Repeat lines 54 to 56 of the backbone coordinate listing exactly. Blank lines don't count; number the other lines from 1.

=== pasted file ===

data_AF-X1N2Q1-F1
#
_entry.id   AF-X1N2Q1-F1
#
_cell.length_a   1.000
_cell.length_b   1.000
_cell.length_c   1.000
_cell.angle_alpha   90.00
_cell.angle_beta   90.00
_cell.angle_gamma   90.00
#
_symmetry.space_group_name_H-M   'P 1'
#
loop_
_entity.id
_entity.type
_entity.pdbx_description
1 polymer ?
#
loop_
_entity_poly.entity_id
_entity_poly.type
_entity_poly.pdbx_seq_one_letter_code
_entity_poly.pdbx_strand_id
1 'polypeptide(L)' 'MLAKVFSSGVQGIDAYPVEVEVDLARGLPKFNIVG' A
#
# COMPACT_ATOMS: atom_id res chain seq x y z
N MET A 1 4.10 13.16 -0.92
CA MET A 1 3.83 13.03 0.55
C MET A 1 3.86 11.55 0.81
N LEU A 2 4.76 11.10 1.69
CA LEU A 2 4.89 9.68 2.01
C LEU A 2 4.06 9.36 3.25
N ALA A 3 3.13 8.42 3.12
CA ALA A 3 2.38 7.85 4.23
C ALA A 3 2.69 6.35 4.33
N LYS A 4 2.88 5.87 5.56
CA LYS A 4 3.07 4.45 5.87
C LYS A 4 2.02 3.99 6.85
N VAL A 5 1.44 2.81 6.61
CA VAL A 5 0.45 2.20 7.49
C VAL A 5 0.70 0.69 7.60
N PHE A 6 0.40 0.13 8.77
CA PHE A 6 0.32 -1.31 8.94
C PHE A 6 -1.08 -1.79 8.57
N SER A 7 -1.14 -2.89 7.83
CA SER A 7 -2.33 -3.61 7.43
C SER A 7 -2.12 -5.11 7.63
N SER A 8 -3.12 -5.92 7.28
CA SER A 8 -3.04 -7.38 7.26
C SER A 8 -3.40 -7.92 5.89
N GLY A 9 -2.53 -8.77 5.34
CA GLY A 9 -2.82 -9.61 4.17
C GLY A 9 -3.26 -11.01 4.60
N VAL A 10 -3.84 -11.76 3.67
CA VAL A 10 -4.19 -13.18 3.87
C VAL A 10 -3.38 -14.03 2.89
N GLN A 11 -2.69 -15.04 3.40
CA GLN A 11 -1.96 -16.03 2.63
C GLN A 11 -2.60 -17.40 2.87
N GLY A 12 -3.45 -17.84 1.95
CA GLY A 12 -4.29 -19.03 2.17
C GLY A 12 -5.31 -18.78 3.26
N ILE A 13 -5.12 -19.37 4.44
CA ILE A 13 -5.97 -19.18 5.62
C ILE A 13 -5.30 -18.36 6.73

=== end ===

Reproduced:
C GLY A 9 -3.26 -11.01 4.60
N VAL A 10 -3.84 -11.76 3.67
CA VAL A 10 -4.19 -13.18 3.87